Market position, resource profile, and governance: linking Porter and Williamson in the context of international courier and small package services in Japan
Jack A. Nickerson,
Barton Hamilton () and
Strategic Management Journal, 2001, vol. 22, issue 3, 251-273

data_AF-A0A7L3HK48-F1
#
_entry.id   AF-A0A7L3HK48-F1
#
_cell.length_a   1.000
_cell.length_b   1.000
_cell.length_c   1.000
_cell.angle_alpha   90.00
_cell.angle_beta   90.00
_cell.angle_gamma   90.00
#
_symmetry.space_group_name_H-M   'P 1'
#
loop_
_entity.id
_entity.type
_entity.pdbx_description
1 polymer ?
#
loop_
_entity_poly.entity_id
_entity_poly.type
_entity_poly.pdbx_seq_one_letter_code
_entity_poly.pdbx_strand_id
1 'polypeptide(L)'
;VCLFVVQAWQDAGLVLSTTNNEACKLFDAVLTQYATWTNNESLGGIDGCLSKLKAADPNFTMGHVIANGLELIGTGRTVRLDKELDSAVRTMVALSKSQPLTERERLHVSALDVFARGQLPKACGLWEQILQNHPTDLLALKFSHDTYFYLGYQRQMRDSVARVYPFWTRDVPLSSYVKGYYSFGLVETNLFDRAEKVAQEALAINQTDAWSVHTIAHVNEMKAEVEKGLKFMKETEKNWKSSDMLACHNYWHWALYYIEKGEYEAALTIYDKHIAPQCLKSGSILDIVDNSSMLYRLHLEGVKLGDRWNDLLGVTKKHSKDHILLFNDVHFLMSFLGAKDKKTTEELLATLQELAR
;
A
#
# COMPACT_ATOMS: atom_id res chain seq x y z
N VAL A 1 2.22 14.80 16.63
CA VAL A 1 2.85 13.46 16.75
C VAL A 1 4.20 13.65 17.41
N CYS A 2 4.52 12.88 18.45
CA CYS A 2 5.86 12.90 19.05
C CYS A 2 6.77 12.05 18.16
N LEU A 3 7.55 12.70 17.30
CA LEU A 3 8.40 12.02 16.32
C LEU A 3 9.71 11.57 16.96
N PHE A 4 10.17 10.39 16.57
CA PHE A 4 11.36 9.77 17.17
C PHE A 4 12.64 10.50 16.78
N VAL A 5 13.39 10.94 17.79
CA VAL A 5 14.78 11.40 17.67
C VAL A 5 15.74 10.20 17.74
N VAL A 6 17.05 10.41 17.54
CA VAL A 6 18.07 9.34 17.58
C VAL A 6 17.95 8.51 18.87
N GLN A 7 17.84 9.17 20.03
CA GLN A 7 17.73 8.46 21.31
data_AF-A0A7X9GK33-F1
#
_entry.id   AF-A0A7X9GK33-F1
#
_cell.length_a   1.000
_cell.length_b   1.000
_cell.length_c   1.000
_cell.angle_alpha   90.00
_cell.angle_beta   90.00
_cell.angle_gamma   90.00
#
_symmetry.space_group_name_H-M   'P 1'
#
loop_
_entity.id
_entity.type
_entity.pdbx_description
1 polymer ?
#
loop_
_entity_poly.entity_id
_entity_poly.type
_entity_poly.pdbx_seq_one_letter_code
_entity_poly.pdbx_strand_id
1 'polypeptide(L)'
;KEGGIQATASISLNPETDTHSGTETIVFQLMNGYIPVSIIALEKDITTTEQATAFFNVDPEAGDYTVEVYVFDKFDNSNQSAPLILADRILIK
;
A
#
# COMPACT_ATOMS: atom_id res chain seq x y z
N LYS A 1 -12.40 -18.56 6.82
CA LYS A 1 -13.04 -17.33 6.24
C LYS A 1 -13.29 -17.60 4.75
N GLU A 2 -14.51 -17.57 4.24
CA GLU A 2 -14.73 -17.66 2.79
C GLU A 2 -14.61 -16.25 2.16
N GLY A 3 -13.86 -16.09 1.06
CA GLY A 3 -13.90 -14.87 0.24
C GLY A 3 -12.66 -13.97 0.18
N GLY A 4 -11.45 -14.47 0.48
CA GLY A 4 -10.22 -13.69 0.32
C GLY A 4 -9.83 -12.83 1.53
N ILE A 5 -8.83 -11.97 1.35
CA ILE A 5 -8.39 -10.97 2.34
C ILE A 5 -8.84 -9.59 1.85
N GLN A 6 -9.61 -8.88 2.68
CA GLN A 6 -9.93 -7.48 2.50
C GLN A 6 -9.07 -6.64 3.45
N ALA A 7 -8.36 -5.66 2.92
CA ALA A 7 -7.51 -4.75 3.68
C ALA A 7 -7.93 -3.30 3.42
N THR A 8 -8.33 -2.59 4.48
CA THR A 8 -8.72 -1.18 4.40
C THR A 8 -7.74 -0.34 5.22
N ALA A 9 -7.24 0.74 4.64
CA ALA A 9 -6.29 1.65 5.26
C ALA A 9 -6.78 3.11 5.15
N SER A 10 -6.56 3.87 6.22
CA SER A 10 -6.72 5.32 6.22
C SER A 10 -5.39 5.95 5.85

Two economic theories that have had an immense impact on modern strategic management research are Porter's strategic positioning framework (SPF) and Williamson's transaction cost economics (TCE). While both theories have contributed to our understanding of strategic management and to the choice of strategy and structure, each theory offers managerial prescriptions that are incomplete at best. We contend that if followed in isolation, each theory can lead to inferior performance. This paper, which studies the international courier and small package (IC&SP) services in Japan, improves upon prescriptions from both theories by linking Porter's and Williamson's approaches. Our main proposition is contained in three relationships that predict a fit among three strategic choices: market position, resource profile, and organizational structure. We test our predictions with a three‐stage, reduced‐form, endogenous self‐selection model. While our empirical methodology is complicated and relies on a multilevel analysis, the methodology is necessary both for analyzing a constellation of activities in the vertical chain and for assessing strategy, structure, and performance when data can be drawn from only a limited number of firms. Our results suggest that a firm's market position, resource profile, and organizational choice are related in ways predicted by a positioning‐economizing perspective. To be sure, our study is ambitious and suffers from a number of limitations; nevertheless, it provides one of the first attempts to theoretically and empirically link Porter's SPF and Williamson's TCE. Copyright © 2001 John Wiley & Sons, Ltd.
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